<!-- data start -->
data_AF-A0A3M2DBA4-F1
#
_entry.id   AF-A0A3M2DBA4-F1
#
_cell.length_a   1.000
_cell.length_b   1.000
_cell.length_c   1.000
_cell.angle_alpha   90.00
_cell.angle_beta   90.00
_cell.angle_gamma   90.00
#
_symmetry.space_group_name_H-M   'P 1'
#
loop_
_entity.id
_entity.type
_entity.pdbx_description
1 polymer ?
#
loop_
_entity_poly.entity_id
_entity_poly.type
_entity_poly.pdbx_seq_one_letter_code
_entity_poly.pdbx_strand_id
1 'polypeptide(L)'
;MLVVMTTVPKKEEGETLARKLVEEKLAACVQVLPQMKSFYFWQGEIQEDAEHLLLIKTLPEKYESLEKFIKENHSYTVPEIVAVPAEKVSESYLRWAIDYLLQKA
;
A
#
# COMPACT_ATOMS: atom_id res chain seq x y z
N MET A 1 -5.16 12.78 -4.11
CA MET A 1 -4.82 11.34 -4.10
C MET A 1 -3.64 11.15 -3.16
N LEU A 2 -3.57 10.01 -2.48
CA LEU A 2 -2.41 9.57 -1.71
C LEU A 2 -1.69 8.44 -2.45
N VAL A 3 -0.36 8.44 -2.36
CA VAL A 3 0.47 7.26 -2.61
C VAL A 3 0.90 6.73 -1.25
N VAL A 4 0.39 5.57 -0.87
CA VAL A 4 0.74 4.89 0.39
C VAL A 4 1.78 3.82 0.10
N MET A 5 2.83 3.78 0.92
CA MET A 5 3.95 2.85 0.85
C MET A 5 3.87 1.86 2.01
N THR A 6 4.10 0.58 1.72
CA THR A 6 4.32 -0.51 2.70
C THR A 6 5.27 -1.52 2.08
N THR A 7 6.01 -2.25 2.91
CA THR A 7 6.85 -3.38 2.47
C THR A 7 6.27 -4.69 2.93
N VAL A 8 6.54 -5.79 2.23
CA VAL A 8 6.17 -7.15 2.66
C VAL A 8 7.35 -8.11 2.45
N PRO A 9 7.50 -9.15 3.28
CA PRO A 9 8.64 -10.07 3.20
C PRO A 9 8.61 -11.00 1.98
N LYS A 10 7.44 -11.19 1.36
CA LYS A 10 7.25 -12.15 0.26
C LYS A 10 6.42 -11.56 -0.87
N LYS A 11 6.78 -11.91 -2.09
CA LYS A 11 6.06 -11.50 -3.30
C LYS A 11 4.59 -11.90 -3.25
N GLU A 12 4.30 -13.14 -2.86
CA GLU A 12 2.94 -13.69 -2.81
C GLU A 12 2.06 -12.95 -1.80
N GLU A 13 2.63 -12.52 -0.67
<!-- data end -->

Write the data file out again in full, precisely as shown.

data_AF-A0A3M2DBA4-F1
#
_entry.id   AF-A0A3M2DBA4-F1
#
_cell.length_a   1.000
_cell.length_b   1.000
_cell.length_c   1.000
_cell.angle_alpha   90.00
_cell.angle_beta   90.00
_cell.angle_gamma   90.00
#
_symmetry.space_group_name_H-M   'P 1'
#
loop_
_entity.id
_entity.type
_entity.pdbx_description
1 polymer ?
#
loop_
_entity_poly.entity_id
_entity_poly.type
_entity_poly.pdbx_seq_one_letter_code
_entity_poly.pdbx_strand_id
1 'polypeptide(L)'
;MLVVMTTVPKKEEGETLARKLVEEKLAACVQVLPQMKSFYFWQGEIQEDAEHLLLIKTLPEKYESLEKFIKENHSYTVPEIVAVPAEKVSESYLRWAIDYLLQKA
;
A
#
# COMPACT_ATOMS: atom_id res chain seq x y z
N MET A 1 -5.16 12.78 -4.11
CA MET A 1 -4.82 11.34 -4.10
C MET A 1 -3.64 11.15 -3.16
N LEU A 2 -3.57 10.01 -2.48
CA LEU A 2 -2.41 9.57 -1.71
C LEU A 2 -1.69 8.44 -2.45
N VAL A 3 -0.36 8.44 -2.36
CA VAL A 3 0.47 7.26 -2.61
C VAL A 3 0.90 6.73 -1.25
N VAL A 4 0.39 5.57 -0.87
CA VAL A 4 0.74 4.89 0.39
C VAL A 4 1.78 3.82 0.10
N MET A 5 2.83 3.78 0.92
CA MET A 5 3.95 2.85 0.85
C MET A 5 3.87 1.86 2.01
N THR A 6 4.10 0.58 1.72
CA THR A 6 4.32 -0.51 2.70
C THR A 6 5.27 -1.52 2.08
N THR A 7 6.01 -2.25 2.91
CA THR A 7 6.85 -3.38 2.47
C THR A 7 6.27 -4.69 2.93
N VAL A 8 6.54 -5.79 2.23
CA VAL A 8 6.17 -7.15 2.66
C VAL A 8 7.35 -8.11 2.45
N PRO A 9 7.50 -9.15 3.28
CA PRO A 9 8.64 -10.07 3.20
C PRO A 9 8.61 -11.00 1.98
N LYS A 10 7.44 -11.19 1.36
CA LYS A 10 7.25 -12.15 0.26
C LYS A 10 6.42 -11.56 -0.87
N LYS A 11 6.78 -11.91 -2.09
CA LYS A 11 6.06 -11.50 -3.30
C LYS A 11 4.59 -11.90 -3.25
N GLU A 12 4.30 -13.14 -2.86
CA GLU A 12 2.94 -13.69 -2.81
C GLU A 12 2.06 -12.95 -1.80
N GLU A 13 2.63 -12.52 -0.67